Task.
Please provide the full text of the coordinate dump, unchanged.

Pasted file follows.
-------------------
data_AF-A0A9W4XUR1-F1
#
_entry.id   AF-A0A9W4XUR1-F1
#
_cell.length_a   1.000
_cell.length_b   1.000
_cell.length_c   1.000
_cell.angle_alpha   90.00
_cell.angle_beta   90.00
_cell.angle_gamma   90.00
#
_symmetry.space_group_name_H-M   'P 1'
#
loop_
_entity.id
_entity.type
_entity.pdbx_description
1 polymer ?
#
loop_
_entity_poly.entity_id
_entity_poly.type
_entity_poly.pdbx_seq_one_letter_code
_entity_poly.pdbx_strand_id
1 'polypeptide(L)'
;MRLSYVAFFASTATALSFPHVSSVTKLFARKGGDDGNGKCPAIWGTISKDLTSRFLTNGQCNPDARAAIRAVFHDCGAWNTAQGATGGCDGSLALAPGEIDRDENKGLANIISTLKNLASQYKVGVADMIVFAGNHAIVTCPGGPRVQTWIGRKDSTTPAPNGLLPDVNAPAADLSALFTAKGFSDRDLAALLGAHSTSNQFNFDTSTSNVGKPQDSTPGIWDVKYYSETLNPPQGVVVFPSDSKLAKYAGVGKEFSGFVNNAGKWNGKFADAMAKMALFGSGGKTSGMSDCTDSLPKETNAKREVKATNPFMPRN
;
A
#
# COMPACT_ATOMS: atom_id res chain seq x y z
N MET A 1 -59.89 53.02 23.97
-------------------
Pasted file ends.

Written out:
data_AF-A0A9W4XUR1-F1
#
_entry.id   AF-A0A9W4XUR1-F1
#
_cell.length_a   1.000
_cell.length_b   1.000
_cell.length_c   1.000
_cell.angle_alpha   90.00
_cell.angle_beta   90.00
_cell.angle_gamma   90.00
#
_symmetry.space_group_name_H-M   'P 1'
#
loop_
_entity.id
_entity.type
_entity.pdbx_description
1 polymer ?
#
loop_
_entity_poly.entity_id
_entity_poly.type
_entity_poly.pdbx_seq_one_letter_code
_entity_poly.pdbx_strand_id
1 'polypeptide(L)'
;MRLSYVAFFASTATALSFPHVSSVTKLFARKGGDDGNGKCPAIWGTISKDLTSRFLTNGQCNPDARAAIRAVFHDCGAWNTAQGATGGCDGSLALAPGEIDRDENKGLANIISTLKNLASQYKVGVADMIVFAGNHAIVTCPGGPRVQTWIGRKDSTTPAPNGLLPDVNAPAADLSALFTAKGFSDRDLAALLGAHSTSNQFNFDTSTSNVGKPQDSTPGIWDVKYYSETLNPPQGVVVFPSDSKLAKYAGVGKEFSGFVNNAGKWNGKFADAMAKMALFGSGGKTSGMSDCTDSLPKETNAKREVKATNPFMPRN
;
A
#
# COMPACT_ATOMS: atom_id res chain seq x y z
N MET A 1 -59.89 53.02 23.97